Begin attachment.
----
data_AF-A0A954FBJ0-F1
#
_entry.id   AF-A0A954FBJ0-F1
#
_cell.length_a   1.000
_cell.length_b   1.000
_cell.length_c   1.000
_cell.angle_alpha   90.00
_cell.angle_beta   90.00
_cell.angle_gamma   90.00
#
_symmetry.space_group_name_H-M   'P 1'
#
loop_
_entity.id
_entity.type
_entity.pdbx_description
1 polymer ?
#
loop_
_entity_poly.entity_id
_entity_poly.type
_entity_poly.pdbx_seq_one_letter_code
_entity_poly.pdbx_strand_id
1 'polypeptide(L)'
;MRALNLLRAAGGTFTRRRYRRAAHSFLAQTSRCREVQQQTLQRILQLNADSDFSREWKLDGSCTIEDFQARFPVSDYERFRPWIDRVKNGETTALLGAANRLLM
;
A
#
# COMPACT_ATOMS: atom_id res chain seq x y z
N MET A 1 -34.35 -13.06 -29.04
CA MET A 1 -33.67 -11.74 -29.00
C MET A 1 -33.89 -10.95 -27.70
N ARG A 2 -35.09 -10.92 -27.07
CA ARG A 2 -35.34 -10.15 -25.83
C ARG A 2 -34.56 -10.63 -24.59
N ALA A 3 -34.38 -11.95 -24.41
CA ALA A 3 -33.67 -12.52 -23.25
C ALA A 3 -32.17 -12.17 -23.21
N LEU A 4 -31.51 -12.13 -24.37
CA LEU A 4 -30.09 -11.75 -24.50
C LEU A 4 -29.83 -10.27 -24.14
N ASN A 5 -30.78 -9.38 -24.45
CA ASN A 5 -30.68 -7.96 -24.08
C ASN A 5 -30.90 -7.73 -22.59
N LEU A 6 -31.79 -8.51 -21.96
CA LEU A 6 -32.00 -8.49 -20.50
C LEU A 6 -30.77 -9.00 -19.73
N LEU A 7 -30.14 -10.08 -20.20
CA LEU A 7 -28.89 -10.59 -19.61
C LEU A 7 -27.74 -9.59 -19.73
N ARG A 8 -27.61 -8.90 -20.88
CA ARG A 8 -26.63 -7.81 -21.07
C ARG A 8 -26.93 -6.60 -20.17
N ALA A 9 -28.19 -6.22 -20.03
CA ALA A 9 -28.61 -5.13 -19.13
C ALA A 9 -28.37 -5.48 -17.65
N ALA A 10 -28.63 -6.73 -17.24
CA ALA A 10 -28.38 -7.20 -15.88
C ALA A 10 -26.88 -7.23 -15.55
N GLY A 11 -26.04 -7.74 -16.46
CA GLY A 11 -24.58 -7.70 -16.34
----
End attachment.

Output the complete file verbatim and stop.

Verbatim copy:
data_AF-A0A954FBJ0-F1
#
_entry.id   AF-A0A954FBJ0-F1
#
_cell.length_a   1.000
_cell.length_b   1.000
_cell.length_c   1.000
_cell.angle_alpha   90.00
_cell.angle_beta   90.00
_cell.angle_gamma   90.00
#
_symmetry.space_group_name_H-M   'P 1'
#
loop_
_entity.id
_entity.type
_entity.pdbx_description
1 polymer ?
#
loop_
_entity_poly.entity_id
_entity_poly.type
_entity_poly.pdbx_seq_one_letter_code
_entity_poly.pdbx_strand_id
1 'polypeptide(L)'
;MRALNLLRAAGGTFTRRRYRRAAHSFLAQTSRCREVQQQTLQRILQLNADSDFSREWKLDGSCTIEDFQARFPVSDYERFRPWIDRVKNGETTALLGAANRLLM
;
A
#
# COMPACT_ATOMS: atom_id res chain seq x y z
N MET A 1 -34.35 -13.06 -29.04
CA MET A 1 -33.67 -11.74 -29.00
C MET A 1 -33.89 -10.95 -27.70
N ARG A 2 -35.09 -10.92 -27.07
CA ARG A 2 -35.34 -10.15 -25.83
C ARG A 2 -34.56 -10.63 -24.59
N ALA A 3 -34.38 -11.95 -24.41
CA ALA A 3 -33.67 -12.52 -23.25
C ALA A 3 -32.17 -12.17 -23.21
N LEU A 4 -31.51 -12.13 -24.37
CA LEU A 4 -30.09 -11.75 -24.50
C LEU A 4 -29.83 -10.27 -24.14
N ASN A 5 -30.78 -9.38 -24.45
CA ASN A 5 -30.68 -7.96 -24.08
C ASN A 5 -30.90 -7.73 -22.59
N LEU A 6 -31.79 -8.51 -21.96
CA LEU A 6 -32.00 -8.49 -20.50
C LEU A 6 -30.77 -9.00 -19.73
N LEU A 7 -30.14 -10.08 -20.20
CA LEU A 7 -28.89 -10.59 -19.61
C LEU A 7 -27.74 -9.59 -19.73
N ARG A 8 -27.61 -8.90 -20.88
CA ARG A 8 -26.63 -7.81 -21.07
C ARG A 8 -26.93 -6.60 -20.17
N ALA A 9 -28.19 -6.22 -20.03
CA ALA A 9 -28.61 -5.13 -19.13
C ALA A 9 -28.37 -5.48 -17.65
N ALA A 10 -28.63 -6.73 -17.24
CA ALA A 10 -28.38 -7.20 -15.88
C ALA A 10 -26.88 -7.23 -15.55
N GLY A 11 -26.04 -7.74 -16.46
CA GLY A 11 -24.58 -7.70 -16.34